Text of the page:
Weeping Christmas Angel (Doctor Who)

I altered a combination of tutorials to get our best tree topper yet: http://wich-crafts.blogspot.ca/2011/03/dont-blink.html and http://lilybet85.blogspot.com/2010/11/weeping-angel-christmas-tree-topper.html . Now, Let’s see if I can remember the process.

Angel

  • Buy a doll with jointed elbows and wrists.
  • Strip the doll down. If she has a ring, flip it to the inside or fill the ring hole with clay/hot glue/something else creative.
  • Pull the doll’s hair into a low pony tail and cut it even with the chin.
  • Remove the doll’s legs from the hip joints.
  • Cut the top off of a slender water/soft drink bottle, just below the thick part of the spout.
  • Stick the doll into the top of the bottle, trimming the bottle as necessary to get a natural curve.

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  • Use medical/duct tape to secure the doll in the bottle. I used strips in the the front and back for positioning, and then, I wrapped tape around the middle to secure the doll.
  • Cut out the bottom of the bottle. I used a centerpiece weight to keep the doll upright for the rest of the process.
  • Make a sheath dress/t-tunic (http://www.amtgard-wl.com/library/howtos/how2tunic.pdf) out of enough cotton gauze to cover the whole piece, plus an inch.
  • Using a small hair tie, bunch the dress up at the waist.
  • Comb Elmer’s glue through the doll’s hair. I used a teething wand/gum massager, but a doll’s comb should do the same thing. You’ll want to saturate the hair with glue to make sure that it retains the ridges and picks up the paint down to the scalp.

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  • Before the hair completely hardens, put another small hair tie behind the hairline (like a headband) and smooth more glue over the whole head with your finger.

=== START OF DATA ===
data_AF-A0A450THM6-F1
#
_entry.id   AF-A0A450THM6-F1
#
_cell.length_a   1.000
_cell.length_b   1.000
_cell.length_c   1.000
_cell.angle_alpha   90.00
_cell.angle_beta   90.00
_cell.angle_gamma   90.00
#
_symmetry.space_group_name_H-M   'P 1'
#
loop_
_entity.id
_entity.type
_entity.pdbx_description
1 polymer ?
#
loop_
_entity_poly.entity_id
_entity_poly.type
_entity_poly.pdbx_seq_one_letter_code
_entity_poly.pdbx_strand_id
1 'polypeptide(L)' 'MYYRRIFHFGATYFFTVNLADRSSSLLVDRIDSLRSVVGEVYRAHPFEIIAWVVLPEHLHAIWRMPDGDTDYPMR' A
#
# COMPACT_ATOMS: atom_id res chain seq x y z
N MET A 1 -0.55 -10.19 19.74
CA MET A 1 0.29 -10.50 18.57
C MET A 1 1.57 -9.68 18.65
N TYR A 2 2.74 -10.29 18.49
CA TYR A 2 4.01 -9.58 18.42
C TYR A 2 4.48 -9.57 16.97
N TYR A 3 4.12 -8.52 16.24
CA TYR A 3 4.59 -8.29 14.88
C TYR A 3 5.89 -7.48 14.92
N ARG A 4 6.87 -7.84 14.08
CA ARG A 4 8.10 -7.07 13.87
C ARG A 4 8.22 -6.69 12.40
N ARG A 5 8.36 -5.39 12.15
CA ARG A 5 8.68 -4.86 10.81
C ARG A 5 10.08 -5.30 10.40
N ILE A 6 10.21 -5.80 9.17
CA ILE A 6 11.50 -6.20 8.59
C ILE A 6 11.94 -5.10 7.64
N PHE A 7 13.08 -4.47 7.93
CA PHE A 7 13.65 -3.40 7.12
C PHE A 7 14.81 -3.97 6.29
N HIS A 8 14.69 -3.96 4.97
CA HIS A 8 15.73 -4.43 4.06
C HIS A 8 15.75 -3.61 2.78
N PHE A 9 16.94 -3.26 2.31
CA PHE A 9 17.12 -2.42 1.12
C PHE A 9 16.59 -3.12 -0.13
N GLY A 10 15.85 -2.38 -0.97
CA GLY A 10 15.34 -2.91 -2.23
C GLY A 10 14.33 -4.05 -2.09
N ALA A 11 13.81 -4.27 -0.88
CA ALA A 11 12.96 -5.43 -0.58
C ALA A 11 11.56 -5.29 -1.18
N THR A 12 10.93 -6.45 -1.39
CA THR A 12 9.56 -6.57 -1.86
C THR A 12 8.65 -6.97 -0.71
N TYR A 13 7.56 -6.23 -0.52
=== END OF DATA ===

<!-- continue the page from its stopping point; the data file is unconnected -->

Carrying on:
• Using a paint brush or your finger, saturate the the dress draping at the waistline to make it retain shape before painting.

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  • Let all of the glue dry, probably overnight.
  • Bend the doll’s arms and hands up to Weeping Angel position. Put a dab of hot glue in the elbow joints one at a time, holding them bent until they dry completely. If the glue isn’t smooth when it dries, you can snip it with scissors.
  • For the hands-to-face connection, I used hot glue, but it didn’t stay. I put super glue on the dried hot glue, and that stuck to the face just fine.
  • Make wings out of craft foam. You can build up wing details with smaller pieces of craft foam and/or hot glue, and you can emboss the foam with a ball point pen or stylus
  • Attach the wings to the doll’s back with a combination of hot glue and duct tape.

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  • Spray the whole piece with primer, making sure to get it from all angles.
  • This is a good time to remove any errant bits of glue, hair, and thread.
  • Do a second coat of primer.

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  • Spray the whole piece with your preferred paint. I used textured metallic silver because it was the only option at the time, but I do like it for the holidays.
  • Do a second coat.

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  • Spray the whole piece with matte clear coat. The clear coat did bring down the glitter in my silver a little, which was ideal.
  • Place on tree (or shelf) and enjoy!
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